Solar Energy News
Solar Energy Information. Read the latest news and techniques for efficient solar photovoltaic power, new solar energy systems and more.
Updated: 5 hours 16 min ago
The use of renewable energy in the United States could take a significant leap forward with improved storage technologies or more efforts to 'match' different forms of alternative energy systems that provide an overall more steady flow of electricity, researchers say in a new report.
The approach is to design synergistic materials by combining two single-atom thick sheets, for example, that act as a photovoltaic cell as well as a light-emitting diode, converting energy between electricity and radiation.
Who knew about Blu-ray discs? One of the best ways to store high-definition movies and television shows because of their high-density data storage, Blu-ray discs also improve the performance of solar cells, according to a new study. Researchers have discovered that the pattern of information written on a Blu-ray disc -- and it doesn't matter if it's Jackie Chan's 'Supercop' or the cartoon 'Family Guy' -- works very well for improving light absorption across the solar spectrum.
As the installation of photovoltaic solar cells continues to accelerate, scientists are looking for inexpensive materials beyond the traditional silicon that can efficiently convert sunlight into electricity. Theoretically, iron pyrite could do the job, but when it works at all, the conversion efficiency remains frustratingly low. Now, a research team explains why that is, in a discovery that suggests how improvements in this promising material could lead to inexpensive yet efficient solar cells.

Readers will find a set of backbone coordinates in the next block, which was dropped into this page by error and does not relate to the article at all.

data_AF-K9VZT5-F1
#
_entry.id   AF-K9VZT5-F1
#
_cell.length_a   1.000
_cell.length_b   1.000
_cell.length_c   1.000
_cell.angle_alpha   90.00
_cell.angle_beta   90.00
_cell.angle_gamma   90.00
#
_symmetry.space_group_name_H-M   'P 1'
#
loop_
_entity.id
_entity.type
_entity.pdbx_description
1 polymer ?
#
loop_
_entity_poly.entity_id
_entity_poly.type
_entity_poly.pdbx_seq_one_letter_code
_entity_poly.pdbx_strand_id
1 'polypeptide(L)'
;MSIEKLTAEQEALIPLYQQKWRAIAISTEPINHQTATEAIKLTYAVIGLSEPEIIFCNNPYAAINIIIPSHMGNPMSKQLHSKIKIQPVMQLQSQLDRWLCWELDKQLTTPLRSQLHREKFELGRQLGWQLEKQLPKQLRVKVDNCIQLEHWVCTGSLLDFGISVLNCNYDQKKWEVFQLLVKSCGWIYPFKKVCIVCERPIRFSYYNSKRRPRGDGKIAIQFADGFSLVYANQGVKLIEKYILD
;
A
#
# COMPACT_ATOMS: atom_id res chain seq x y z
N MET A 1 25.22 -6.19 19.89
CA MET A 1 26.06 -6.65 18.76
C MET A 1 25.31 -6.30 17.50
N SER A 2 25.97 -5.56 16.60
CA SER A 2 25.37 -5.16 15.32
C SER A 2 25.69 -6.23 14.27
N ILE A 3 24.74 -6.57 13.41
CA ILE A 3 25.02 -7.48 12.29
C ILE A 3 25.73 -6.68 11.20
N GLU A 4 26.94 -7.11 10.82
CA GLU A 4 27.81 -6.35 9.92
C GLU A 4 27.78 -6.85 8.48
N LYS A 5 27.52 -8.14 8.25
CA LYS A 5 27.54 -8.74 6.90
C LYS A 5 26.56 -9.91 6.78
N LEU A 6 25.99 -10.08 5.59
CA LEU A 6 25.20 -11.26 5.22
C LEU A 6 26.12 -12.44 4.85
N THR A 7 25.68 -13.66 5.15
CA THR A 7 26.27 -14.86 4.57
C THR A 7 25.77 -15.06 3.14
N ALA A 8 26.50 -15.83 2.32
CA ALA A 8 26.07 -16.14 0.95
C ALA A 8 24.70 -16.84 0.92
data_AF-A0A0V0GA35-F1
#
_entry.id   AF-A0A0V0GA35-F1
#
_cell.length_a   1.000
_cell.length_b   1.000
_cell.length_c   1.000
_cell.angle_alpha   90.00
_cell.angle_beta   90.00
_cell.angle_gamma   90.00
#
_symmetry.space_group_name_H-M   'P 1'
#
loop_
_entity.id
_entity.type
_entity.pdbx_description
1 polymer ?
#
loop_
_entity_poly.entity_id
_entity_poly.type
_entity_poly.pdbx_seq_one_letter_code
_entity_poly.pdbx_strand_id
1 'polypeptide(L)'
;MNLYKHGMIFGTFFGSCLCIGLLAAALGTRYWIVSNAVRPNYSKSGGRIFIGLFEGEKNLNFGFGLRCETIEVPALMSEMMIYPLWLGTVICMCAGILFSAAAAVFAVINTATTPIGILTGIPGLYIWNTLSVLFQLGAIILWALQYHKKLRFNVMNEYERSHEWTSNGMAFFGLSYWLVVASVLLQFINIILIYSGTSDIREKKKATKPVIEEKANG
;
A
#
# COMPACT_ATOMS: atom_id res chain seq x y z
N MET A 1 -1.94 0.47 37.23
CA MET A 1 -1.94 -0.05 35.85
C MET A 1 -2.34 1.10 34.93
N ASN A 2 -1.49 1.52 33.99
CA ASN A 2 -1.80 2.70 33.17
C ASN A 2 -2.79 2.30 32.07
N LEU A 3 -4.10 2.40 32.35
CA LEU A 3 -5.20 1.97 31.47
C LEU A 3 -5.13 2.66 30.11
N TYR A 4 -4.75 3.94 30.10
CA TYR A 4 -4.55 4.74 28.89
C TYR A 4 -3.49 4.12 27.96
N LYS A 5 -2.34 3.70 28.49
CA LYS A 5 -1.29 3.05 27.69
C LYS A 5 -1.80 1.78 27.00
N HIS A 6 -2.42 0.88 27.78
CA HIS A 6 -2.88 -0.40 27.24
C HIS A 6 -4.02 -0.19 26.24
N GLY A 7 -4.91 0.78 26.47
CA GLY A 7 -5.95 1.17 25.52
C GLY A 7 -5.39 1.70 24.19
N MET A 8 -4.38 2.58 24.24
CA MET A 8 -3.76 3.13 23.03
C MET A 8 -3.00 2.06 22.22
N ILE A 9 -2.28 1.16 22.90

Silicon is the second most-abundant element in the earth's crust. When purified, it takes on a diamond structure, which is essential to modern electronic devices -- carbon is to biology as silicon is to technology. Scientists have synthesized an entirely new form of silicon, one that promises even greater future applications.
Applying a thin film of metallic oxide significantly boosts the performance of solar panel cells. Researchers have developed a new class of materials comprising elements such as bismuth, iron, chromium, and oxygen. These 'multiferroic' materials absorb solar radiation and possess unique electrical and magnetic properties.
Researchers have found that temperature-controlled aggregation in a family of new semi-conducting polymers is the key to creating highly efficient organic solar cells that can be mass produced more cheaply.
When researchers talk about "islanding," or isolating, from the grid, they are discussing a fundamental benefit of microgrids -- small systems powered by renewables and energy storage devices. The benefit is that microgrids can disconnect from larger utility grids and continue to provide power locally.
Researchers are working to develop a technique that they believe will significantly improve the efficiencies of photovoltaic materials and help make solar electricity cost-competitive with other sources of energy.
A multidisciplinary engineering team developed a new nanoparticle-based material for concentrating solar power plants designed to absorb and convert to heat more than 90 percent of the sunlight it captures. The new material can also withstand temperatures greater than 700 degrees Celsius and survive many years outdoors in spite of exposure to air and humidity.